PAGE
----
When Should You Give Someone Power of Attorney

When you give someone power of attorney, you legally designate that person to.make medical, legal, and financial decisions on your behalf. A power of attorney can be specific to one type of decision or can be all-encompassing. While a power of attorney can be helpful to many, the question still remains as to when you should give power of attorney to another person to make decisions for you? There are many situations that can arise when a power of attorney can help and an estate planning lawyer can set up a power of attorney that best fits your needs.


Types of Power of Attorney

There are many types of power of attorney that can be utilized in different situations. A conventional power of attorney gives a person discretion to make certain decisions on your behalf until you become mentally or physically unable to make your own decisions.

A durable power of attorney stays in effect for your lifetime even if an incapacitating event takes place. A springing power of attorney only becomes valid if a specific event takes place, such as an accident that results in incapacitation. A medical power of attorney, also known as a healthcare proxy, is specific only to medical decisions when you are unable to make those decisions for yourself.


Travel and Military Service Abroad

It may be in your best interest to give someone power of attorney if you travel abroad extensively or anticipate military service that will involve time outside of the United States. A power of attorney can manage financial affairs while travelling, especially if there is no spouse to handle those affairs in the United States.

For military personnel, giving someone a power of attorney before leaving for active duty can protect their family and make sure someone is at home making decisions in their best interest. It also grants decision-making authority in the unfortunate case of physical or mental incapacitation from battle or other military engagement to ensure that your healthcare decisions are carried out when you are home.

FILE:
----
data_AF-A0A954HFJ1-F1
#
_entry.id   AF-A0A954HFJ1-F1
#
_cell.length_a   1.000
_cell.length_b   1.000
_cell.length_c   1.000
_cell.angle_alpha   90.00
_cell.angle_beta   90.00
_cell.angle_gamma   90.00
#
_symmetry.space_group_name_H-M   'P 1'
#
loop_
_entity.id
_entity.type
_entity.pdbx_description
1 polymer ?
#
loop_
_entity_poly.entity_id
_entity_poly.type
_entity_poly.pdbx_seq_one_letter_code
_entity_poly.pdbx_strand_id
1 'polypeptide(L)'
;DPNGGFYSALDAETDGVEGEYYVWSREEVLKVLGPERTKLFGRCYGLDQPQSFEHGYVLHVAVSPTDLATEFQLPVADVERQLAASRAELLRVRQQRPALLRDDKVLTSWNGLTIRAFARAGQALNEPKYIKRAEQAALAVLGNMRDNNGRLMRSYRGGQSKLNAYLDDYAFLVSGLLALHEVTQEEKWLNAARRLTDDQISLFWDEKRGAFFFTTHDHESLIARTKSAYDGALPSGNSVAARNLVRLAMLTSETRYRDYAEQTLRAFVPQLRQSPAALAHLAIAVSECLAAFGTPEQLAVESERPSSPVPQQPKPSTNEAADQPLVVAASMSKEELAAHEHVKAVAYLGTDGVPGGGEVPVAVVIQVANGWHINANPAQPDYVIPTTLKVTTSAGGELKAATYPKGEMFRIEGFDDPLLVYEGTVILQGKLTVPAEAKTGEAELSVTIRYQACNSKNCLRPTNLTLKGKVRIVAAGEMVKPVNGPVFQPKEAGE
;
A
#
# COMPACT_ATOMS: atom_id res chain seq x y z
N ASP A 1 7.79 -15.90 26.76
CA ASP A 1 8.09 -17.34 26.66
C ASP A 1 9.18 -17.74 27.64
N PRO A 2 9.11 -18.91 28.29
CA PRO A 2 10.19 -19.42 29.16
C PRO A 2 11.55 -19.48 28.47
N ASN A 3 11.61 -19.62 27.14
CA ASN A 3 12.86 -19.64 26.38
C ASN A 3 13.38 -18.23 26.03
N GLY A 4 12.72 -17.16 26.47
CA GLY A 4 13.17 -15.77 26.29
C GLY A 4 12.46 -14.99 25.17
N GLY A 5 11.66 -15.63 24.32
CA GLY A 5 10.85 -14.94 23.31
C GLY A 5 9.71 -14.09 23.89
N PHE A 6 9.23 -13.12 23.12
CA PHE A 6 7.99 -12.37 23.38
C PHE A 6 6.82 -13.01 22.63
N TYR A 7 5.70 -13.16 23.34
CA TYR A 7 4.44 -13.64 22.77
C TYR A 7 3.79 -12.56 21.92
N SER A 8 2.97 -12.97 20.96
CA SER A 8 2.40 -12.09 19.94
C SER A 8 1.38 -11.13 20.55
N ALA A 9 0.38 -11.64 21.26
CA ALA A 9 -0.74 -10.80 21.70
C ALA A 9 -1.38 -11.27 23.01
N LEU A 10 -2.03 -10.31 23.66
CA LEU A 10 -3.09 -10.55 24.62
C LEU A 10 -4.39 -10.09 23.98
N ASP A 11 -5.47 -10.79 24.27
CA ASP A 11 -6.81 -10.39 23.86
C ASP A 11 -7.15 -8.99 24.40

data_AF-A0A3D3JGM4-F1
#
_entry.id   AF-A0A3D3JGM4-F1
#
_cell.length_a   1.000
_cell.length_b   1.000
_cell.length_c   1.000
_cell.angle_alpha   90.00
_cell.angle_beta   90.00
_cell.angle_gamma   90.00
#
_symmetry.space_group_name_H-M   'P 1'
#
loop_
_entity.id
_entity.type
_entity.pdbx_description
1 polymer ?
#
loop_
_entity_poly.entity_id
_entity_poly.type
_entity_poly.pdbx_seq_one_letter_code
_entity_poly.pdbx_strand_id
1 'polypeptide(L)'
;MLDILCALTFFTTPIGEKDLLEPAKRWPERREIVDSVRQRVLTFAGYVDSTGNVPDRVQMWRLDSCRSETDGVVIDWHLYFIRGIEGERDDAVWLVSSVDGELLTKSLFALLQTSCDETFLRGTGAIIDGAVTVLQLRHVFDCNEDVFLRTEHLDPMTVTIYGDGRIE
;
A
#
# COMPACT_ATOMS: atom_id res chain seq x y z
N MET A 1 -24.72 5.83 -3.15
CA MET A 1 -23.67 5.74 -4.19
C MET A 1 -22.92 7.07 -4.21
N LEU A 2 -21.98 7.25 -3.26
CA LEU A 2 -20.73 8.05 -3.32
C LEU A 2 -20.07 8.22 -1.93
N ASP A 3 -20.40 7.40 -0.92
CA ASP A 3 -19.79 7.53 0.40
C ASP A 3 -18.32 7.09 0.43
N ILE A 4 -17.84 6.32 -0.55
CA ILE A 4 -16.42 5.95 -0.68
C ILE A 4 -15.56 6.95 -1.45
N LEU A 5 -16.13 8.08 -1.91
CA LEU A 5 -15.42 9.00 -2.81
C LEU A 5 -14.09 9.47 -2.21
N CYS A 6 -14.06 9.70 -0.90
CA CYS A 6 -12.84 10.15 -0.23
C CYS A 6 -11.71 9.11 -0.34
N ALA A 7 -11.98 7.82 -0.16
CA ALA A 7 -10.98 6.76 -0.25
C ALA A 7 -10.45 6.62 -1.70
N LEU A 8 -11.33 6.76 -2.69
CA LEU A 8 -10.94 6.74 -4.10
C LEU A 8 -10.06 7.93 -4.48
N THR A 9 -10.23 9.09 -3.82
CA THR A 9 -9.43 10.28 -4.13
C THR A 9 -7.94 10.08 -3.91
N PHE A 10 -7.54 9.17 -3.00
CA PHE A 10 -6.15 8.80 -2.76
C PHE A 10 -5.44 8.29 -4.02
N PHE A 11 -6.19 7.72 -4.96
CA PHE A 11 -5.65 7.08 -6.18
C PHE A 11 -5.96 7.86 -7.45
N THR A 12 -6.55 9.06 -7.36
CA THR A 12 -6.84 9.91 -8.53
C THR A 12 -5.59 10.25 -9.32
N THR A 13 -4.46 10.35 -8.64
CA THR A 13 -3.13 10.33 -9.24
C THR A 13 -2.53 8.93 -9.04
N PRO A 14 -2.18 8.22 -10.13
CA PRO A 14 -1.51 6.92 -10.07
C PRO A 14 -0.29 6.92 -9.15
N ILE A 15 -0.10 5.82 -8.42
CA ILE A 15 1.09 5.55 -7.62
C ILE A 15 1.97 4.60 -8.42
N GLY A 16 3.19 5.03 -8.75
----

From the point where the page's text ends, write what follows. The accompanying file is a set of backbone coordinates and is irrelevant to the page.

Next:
Elderly Physical and Mental Health Issues

The most common reason to give someone the power of attorney is to handle decisions for elderly loved ones that may be experiencing physical or mental health issues. By designating someone with power of attorney, someone suffering from dementia or other health issue can ensure that their directives and decisions are being carried out even if they are incapacitated and cannot give those directives themselves.

By entrusting someone with power of attorney, that person can pay medical bills, sell assets to pay for care, manage financial affairs for Medicare and Medicaid planning, ensure healthcare directives are carried out, and manage family interests when you are no longer able to do so yourself.


Call an Estate Planning Attorney

If you are interested in setting up a power of attorney for yourself or a loved one, an experienced estate planning attorney will be able to help. To schedule a consultation with one of our Virginia estate planning attorneys, contact Select Law Partners at 540.642.1766.

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Sara Josey

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